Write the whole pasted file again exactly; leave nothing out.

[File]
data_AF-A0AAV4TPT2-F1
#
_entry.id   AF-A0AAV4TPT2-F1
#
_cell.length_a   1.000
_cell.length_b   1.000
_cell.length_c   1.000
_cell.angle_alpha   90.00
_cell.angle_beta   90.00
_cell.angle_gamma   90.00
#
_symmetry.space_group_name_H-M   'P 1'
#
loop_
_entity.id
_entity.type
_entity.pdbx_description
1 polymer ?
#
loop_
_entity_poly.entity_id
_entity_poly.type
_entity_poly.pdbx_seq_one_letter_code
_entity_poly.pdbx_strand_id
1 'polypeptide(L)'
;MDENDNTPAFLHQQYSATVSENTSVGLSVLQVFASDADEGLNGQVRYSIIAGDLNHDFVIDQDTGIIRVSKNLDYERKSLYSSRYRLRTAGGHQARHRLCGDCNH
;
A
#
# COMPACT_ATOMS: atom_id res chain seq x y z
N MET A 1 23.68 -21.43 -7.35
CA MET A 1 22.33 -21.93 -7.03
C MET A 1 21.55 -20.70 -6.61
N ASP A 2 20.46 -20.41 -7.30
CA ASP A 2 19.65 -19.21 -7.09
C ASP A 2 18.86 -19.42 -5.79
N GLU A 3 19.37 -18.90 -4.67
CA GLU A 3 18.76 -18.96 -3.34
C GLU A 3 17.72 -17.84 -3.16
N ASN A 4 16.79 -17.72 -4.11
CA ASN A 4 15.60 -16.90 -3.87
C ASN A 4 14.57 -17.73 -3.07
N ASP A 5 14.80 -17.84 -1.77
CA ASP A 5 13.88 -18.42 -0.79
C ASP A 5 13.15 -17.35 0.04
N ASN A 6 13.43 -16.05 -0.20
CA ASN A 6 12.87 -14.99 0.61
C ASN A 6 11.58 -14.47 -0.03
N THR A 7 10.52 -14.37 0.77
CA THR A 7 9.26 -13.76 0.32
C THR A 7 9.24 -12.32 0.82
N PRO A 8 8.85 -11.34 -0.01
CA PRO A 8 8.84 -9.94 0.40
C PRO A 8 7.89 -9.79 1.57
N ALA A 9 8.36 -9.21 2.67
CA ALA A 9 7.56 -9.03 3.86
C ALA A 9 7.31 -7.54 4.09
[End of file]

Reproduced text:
data_AF-A0AAV4TPT2-F1
#
_entry.id   AF-A0AAV4TPT2-F1
#
_cell.length_a   1.000
_cell.length_b   1.000
_cell.length_c   1.000
_cell.angle_alpha   90.00
_cell.angle_beta   90.00
_cell.angle_gamma   90.00
#
_symmetry.space_group_name_H-M   'P 1'
#
loop_
_entity.id
_entity.type
_entity.pdbx_description
1 polymer ?
#
loop_
_entity_poly.entity_id
_entity_poly.type
_entity_poly.pdbx_seq_one_letter_code
_entity_poly.pdbx_strand_id
1 'polypeptide(L)'
;MDENDNTPAFLHQQYSATVSENTSVGLSVLQVFASDADEGLNGQVRYSIIAGDLNHDFVIDQDTGIIRVSKNLDYERKSLYSSRYRLRTAGGHQARHRLCGDCNH
;
A
#
# COMPACT_ATOMS: atom_id res chain seq x y z
N MET A 1 23.68 -21.43 -7.35
CA MET A 1 22.33 -21.93 -7.03
C MET A 1 21.55 -20.70 -6.61
N ASP A 2 20.46 -20.41 -7.30
CA ASP A 2 19.65 -19.21 -7.09
C ASP A 2 18.86 -19.42 -5.79
N GLU A 3 19.37 -18.90 -4.67
CA GLU A 3 18.76 -18.96 -3.34
C GLU A 3 17.72 -17.84 -3.16
N ASN A 4 16.79 -17.72 -4.11
CA ASN A 4 15.60 -16.90 -3.87
C ASN A 4 14.57 -17.73 -3.07
N ASP A 5 14.80 -17.84 -1.77
CA ASP A 5 13.88 -18.42 -0.79
C ASP A 5 13.15 -17.35 0.04
N ASN A 6 13.43 -16.05 -0.20
CA ASN A 6 12.87 -14.99 0.61
C ASN A 6 11.58 -14.47 -0.03
N THR A 7 10.52 -14.37 0.77
CA THR A 7 9.26 -13.76 0.32
C THR A 7 9.24 -12.32 0.82
N PRO A 8 8.85 -11.34 -0.01
CA PRO A 8 8.84 -9.94 0.40
C PRO A 8 7.89 -9.79 1.57
N ALA A 9 8.36 -9.21 2.67
CA ALA A 9 7.56 -9.03 3.86
C ALA A 9 7.31 -7.54 4.09